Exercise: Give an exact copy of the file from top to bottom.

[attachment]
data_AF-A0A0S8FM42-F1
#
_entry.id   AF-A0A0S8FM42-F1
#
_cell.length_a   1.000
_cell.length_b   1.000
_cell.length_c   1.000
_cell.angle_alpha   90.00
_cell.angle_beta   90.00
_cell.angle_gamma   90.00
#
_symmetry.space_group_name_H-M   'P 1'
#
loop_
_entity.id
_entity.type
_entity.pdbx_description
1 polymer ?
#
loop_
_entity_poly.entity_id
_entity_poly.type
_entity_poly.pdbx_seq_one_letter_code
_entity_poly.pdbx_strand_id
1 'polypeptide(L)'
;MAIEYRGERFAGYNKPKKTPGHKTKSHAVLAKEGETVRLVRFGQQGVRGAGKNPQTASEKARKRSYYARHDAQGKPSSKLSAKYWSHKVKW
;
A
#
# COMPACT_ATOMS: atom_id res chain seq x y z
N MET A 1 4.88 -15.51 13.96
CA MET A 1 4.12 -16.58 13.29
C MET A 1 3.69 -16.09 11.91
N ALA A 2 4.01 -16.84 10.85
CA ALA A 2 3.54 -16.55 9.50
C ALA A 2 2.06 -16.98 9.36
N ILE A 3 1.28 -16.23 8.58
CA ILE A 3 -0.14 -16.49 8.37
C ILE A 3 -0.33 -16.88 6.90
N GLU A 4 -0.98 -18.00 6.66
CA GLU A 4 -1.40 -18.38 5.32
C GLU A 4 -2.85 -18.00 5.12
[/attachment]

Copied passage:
data_AF-A0A0S8FM42-F1
#
_entry.id   AF-A0A0S8FM42-F1
#
_cell.length_a   1.000
_cell.length_b   1.000
_cell.length_c   1.000
_cell.angle_alpha   90.00
_cell.angle_beta   90.00
_cell.angle_gamma   90.00
#
_symmetry.space_group_name_H-M   'P 1'
#
loop_
_entity.id
_entity.type
_entity.pdbx_description
1 polymer ?
#
loop_
_entity_poly.entity_id
_entity_poly.type
_entity_poly.pdbx_seq_one_letter_code
_entity_poly.pdbx_strand_id
1 'polypeptide(L)'
;MAIEYRGERFAGYNKPKKTPGHKTKSHAVLAKEGETVRLVRFGQQGVRGAGKNPQTASEKARKRSYYARHDAQGKPSSKLSAKYWSHKVKW
;
A
#
# COMPACT_ATOMS: atom_id res chain seq x y z
N MET A 1 4.88 -15.51 13.96
CA MET A 1 4.12 -16.58 13.29
C MET A 1 3.69 -16.09 11.91
N ALA A 2 4.01 -16.84 10.85
CA ALA A 2 3.54 -16.55 9.50
C ALA A 2 2.06 -16.98 9.36
N ILE A 3 1.28 -16.23 8.58
CA ILE A 3 -0.14 -16.49 8.37
C ILE A 3 -0.33 -16.88 6.90
N GLU A 4 -0.98 -18.00 6.66
CA GLU A 4 -1.40 -18.38 5.32
C GLU A 4 -2.85 -18.00 5.12